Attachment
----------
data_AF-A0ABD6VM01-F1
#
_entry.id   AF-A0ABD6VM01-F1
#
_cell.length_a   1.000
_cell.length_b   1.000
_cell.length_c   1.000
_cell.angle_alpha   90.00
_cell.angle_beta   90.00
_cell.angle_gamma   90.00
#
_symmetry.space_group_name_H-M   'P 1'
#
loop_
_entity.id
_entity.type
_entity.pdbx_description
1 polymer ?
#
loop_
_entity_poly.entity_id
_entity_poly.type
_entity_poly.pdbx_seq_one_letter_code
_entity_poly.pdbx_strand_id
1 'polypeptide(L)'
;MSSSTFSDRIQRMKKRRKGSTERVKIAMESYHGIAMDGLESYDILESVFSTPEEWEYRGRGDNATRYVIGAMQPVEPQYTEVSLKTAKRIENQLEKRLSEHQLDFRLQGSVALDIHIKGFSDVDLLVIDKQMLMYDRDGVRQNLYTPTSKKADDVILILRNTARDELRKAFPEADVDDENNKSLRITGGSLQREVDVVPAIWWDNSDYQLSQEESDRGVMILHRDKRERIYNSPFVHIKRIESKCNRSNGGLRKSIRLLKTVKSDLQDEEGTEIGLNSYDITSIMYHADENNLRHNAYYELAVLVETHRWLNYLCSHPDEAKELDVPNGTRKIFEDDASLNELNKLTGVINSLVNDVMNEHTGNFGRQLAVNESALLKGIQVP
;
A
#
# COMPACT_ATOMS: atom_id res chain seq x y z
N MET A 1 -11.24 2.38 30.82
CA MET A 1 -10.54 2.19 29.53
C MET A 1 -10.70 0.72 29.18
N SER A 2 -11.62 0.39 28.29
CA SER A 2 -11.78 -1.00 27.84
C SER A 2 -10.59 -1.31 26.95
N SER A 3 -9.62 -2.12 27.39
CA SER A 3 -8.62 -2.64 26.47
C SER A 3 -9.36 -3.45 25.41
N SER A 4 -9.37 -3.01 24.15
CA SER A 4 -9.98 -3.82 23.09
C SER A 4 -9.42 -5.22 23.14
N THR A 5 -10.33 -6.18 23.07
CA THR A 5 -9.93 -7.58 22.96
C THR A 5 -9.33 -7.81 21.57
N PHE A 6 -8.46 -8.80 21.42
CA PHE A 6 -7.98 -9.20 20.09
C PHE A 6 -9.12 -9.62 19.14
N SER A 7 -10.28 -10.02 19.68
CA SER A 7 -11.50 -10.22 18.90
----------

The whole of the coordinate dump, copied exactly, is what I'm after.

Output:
data_AF-A0ABD6VM01-F1
#
_entry.id   AF-A0ABD6VM01-F1
#
_cell.length_a   1.000
_cell.length_b   1.000
_cell.length_c   1.000
_cell.angle_alpha   90.00
_cell.angle_beta   90.00
_cell.angle_gamma   90.00
#
_symmetry.space_group_name_H-M   'P 1'
#
loop_
_entity.id
_entity.type
_entity.pdbx_description
1 polymer ?
#
loop_
_entity_poly.entity_id
_entity_poly.type
_entity_poly.pdbx_seq_one_letter_code
_entity_poly.pdbx_strand_id
1 'polypeptide(L)'
;MSSSTFSDRIQRMKKRRKGSTERVKIAMESYHGIAMDGLESYDILESVFSTPEEWEYRGRGDNATRYVIGAMQPVEPQYTEVSLKTAKRIENQLEKRLSEHQLDFRLQGSVALDIHIKGFSDVDLLVIDKQMLMYDRDGVRQNLYTPTSKKADDVILILRNTARDELRKAFPEADVDDENNKSLRITGGSLQREVDVVPAIWWDNSDYQLSQEESDRGVMILHRDKRERIYNSPFVHIKRIESKCNRSNGGLRKSIRLLKTVKSDLQDEEGTEIGLNSYDITSIMYHADENNLRHNAYYELAVLVETHRWLNYLCSHPDEAKELDVPNGTRKIFEDDASLNELNKLTGVINSLVNDVMNEHTGNFGRQLAVNESALLKGIQVP
;
A
#
# COMPACT_ATOMS: atom_id res chain seq x y z
N MET A 1 -11.24 2.38 30.82
CA MET A 1 -10.54 2.19 29.53
C MET A 1 -10.70 0.72 29.18
N SER A 2 -11.62 0.39 28.29
CA SER A 2 -11.78 -1.00 27.84
C SER A 2 -10.59 -1.31 26.95
N SER A 3 -9.62 -2.12 27.39
CA SER A 3 -8.62 -2.64 26.47
C SER A 3 -9.36 -3.45 25.41
N SER A 4 -9.37 -3.01 24.15
CA SER A 4 -9.98 -3.82 23.09
C SER A 4 -9.42 -5.22 23.14
N THR A 5 -10.33 -6.18 23.07
CA THR A 5 -9.93 -7.58 22.96
C THR A 5 -9.33 -7.81 21.57
N PHE A 6 -8.46 -8.80 21.42
CA PHE A 6 -7.98 -9.20 20.09
C PHE A 6 -9.12 -9.62 19.14
N SER A 7 -10.28 -10.02 19.68
CA SER A 7 -11.50 -10.22 18.90